PROPERTY FROM THE SPORTING AND TRAVEL LIBRARY OF ARNOLD "JAKE" JOHNSON
John C. Phillips was an American hunter, zoologist, ornithologist, and environmentalists. Here he offers a charming account, taken from his boyhood journals (even retaining his childhood spelling errors), of his early angling experiences and adventures in Essex County, Massachusetts. In an entry dated the 26th of August 1890, a 14-year-old Phillips writes: "In the Afternoon I went out with my rod. I have rigged thus: I have the middle piece and tip for the pole and do not use the but [sic] at all. I bind the reel on and carry the line through the rings and my hooks well attached to a brass lead and strung out thus with cat gut...I went out to the fishing grounds and dropped anchor, baited my hooks and dropped the line with a bob attached. For a long time I did not get even a bite. Suddenly my bob went under. I pulled up on my rod. My reel ran a little and the fish made a tremendous pull. I thought at first it must be a bass. But when I got him to the top of the water I saw a very large pick. I got him into the boat and saw he was the much largest I ever had caught. He was a perfect beauty."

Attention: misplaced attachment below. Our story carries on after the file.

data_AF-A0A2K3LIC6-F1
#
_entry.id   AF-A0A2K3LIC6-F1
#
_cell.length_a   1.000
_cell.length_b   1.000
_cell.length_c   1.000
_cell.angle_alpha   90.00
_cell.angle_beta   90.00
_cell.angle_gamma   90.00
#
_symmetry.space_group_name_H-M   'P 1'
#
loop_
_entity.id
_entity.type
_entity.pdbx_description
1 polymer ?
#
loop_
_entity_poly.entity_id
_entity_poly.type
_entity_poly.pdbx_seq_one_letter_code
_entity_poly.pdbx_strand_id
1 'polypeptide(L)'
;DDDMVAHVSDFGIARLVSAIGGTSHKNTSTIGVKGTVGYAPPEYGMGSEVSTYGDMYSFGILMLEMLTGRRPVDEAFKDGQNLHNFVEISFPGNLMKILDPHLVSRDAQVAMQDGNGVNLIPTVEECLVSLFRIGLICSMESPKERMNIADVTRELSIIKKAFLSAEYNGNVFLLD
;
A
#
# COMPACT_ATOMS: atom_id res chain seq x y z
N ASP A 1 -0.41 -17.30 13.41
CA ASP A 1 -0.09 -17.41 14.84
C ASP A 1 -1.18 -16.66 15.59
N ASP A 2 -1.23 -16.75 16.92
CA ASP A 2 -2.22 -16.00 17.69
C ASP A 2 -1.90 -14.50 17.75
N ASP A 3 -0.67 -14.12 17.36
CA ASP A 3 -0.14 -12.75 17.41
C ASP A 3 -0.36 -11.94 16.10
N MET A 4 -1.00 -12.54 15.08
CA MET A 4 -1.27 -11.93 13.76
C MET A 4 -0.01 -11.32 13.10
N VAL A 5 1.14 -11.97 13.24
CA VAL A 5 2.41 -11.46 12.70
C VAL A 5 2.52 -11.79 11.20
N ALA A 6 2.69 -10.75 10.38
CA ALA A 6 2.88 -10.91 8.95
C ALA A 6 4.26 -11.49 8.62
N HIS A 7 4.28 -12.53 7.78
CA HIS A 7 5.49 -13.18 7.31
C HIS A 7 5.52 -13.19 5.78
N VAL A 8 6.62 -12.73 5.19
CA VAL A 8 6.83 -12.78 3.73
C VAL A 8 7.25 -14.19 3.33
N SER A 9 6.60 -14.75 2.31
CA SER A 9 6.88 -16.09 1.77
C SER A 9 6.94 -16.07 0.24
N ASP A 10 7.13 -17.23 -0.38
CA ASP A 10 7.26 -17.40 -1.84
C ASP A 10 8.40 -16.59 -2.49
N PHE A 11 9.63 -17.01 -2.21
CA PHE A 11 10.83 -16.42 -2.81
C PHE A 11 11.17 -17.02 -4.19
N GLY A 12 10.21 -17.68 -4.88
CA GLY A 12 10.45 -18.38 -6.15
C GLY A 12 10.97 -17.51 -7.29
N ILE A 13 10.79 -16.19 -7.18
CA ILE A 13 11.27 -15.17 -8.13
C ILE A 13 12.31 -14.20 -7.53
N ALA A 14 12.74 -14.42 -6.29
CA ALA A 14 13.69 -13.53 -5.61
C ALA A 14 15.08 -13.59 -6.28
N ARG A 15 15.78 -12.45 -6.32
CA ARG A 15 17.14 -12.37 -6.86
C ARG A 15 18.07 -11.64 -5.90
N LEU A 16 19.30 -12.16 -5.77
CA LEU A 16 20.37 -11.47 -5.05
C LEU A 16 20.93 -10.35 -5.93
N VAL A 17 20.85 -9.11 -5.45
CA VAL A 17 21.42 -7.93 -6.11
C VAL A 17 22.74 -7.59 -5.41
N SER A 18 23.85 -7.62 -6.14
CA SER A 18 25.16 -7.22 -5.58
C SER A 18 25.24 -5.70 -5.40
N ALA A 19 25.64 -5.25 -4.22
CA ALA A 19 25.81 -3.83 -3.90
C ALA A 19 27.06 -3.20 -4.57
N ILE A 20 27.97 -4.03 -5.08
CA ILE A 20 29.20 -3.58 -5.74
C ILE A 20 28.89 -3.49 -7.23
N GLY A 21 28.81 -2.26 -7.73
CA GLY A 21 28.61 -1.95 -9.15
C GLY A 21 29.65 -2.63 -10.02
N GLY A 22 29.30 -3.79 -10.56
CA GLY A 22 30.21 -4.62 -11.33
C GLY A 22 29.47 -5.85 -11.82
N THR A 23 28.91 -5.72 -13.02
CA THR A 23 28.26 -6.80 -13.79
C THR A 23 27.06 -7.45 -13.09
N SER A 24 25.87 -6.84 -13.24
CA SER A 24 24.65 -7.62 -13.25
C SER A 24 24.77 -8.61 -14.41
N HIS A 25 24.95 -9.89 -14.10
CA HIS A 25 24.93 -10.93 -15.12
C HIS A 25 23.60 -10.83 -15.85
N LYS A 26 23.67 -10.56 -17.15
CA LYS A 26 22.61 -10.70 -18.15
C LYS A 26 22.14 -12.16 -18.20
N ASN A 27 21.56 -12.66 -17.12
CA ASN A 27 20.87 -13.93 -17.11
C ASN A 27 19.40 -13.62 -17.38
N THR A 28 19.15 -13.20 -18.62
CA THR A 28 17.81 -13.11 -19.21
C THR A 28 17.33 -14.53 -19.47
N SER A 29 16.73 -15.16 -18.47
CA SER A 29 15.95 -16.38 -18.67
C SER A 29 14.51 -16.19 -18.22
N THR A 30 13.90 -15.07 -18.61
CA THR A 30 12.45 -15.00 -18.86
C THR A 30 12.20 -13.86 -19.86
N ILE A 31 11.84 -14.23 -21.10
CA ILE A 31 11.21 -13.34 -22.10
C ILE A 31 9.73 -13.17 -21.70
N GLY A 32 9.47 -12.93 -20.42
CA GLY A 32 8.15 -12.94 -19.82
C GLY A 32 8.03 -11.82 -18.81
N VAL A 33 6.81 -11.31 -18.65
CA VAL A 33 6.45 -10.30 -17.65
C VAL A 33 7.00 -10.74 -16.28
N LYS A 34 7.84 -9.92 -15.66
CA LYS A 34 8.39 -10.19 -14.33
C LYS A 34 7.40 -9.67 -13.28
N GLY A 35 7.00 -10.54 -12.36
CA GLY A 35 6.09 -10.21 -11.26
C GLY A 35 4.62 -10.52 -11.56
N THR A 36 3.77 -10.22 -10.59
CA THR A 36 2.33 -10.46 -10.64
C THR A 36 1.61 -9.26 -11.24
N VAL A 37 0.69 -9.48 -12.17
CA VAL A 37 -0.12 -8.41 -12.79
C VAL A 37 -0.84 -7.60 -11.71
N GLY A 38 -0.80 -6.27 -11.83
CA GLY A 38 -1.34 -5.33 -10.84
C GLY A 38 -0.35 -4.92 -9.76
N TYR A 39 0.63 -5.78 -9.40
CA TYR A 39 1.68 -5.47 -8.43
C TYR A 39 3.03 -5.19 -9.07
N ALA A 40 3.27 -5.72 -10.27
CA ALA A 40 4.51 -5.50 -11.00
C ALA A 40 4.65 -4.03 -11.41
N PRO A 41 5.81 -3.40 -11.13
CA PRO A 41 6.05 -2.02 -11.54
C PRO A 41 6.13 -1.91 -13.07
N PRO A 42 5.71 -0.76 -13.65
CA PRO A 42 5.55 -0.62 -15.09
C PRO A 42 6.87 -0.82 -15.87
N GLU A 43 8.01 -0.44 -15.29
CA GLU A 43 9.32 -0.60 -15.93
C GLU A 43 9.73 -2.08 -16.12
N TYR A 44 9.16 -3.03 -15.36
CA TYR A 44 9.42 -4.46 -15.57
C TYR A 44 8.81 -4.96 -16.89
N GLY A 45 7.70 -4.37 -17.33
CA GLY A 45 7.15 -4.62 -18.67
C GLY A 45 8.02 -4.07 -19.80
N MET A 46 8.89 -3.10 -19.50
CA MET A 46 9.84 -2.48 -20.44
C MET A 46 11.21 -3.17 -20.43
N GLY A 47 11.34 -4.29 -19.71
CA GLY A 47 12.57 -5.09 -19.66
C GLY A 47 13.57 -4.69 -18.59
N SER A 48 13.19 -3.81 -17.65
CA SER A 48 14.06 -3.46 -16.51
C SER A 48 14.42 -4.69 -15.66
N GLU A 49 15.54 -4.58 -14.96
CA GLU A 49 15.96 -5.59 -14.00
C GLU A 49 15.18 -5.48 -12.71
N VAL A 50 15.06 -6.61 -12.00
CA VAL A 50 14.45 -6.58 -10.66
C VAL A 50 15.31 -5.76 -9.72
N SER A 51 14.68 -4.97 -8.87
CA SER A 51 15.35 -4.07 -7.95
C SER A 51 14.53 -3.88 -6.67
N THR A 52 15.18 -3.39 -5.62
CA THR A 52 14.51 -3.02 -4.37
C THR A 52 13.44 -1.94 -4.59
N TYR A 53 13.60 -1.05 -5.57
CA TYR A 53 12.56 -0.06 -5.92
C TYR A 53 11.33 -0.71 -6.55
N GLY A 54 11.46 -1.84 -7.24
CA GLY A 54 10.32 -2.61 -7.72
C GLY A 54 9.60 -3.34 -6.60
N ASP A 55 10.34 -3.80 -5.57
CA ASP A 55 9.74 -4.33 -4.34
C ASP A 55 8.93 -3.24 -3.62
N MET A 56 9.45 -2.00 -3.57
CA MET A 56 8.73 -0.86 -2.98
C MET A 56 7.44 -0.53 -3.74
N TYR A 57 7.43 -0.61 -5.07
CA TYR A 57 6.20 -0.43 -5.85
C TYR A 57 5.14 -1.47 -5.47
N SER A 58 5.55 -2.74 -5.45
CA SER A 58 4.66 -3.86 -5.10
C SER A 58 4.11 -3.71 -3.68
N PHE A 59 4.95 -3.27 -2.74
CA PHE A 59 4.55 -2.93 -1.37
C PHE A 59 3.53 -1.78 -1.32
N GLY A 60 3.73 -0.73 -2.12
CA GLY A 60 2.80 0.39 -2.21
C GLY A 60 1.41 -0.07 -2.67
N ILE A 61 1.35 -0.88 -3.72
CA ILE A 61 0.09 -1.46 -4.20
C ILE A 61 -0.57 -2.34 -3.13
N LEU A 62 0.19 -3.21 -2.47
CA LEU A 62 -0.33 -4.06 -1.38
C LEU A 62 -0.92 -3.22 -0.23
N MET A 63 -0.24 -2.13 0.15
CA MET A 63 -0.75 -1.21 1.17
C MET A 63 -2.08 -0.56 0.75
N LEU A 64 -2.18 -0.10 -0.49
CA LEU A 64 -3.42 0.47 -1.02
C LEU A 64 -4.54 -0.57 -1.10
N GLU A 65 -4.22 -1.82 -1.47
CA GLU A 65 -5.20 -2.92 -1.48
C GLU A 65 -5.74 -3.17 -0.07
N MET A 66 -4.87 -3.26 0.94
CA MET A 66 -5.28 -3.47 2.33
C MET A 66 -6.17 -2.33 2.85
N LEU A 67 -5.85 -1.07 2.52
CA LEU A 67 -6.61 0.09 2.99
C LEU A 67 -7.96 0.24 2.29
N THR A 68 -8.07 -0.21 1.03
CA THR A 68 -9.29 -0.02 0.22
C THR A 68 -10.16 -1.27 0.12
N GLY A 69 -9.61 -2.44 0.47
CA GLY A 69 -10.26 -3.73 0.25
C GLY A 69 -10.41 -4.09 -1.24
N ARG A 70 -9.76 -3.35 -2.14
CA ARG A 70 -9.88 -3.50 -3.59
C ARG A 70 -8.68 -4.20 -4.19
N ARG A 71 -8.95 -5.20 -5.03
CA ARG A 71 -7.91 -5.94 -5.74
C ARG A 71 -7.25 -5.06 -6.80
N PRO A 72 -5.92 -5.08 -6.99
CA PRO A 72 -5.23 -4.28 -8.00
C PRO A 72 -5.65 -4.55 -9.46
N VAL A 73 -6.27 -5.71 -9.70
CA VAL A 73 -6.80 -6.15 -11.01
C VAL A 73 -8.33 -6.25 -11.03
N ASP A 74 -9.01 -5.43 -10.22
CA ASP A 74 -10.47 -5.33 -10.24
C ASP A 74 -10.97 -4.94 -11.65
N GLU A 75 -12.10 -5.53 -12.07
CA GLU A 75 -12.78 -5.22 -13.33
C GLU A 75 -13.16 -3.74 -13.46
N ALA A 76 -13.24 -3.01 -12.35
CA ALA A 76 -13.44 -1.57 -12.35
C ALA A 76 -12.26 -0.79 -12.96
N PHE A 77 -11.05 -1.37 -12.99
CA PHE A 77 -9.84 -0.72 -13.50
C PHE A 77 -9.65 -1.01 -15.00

Phillips himself was a great-grandson of John Phillips, the first mayor of Boston, and a grandnephew of Wendell Phillips, the abolitionist and orator.
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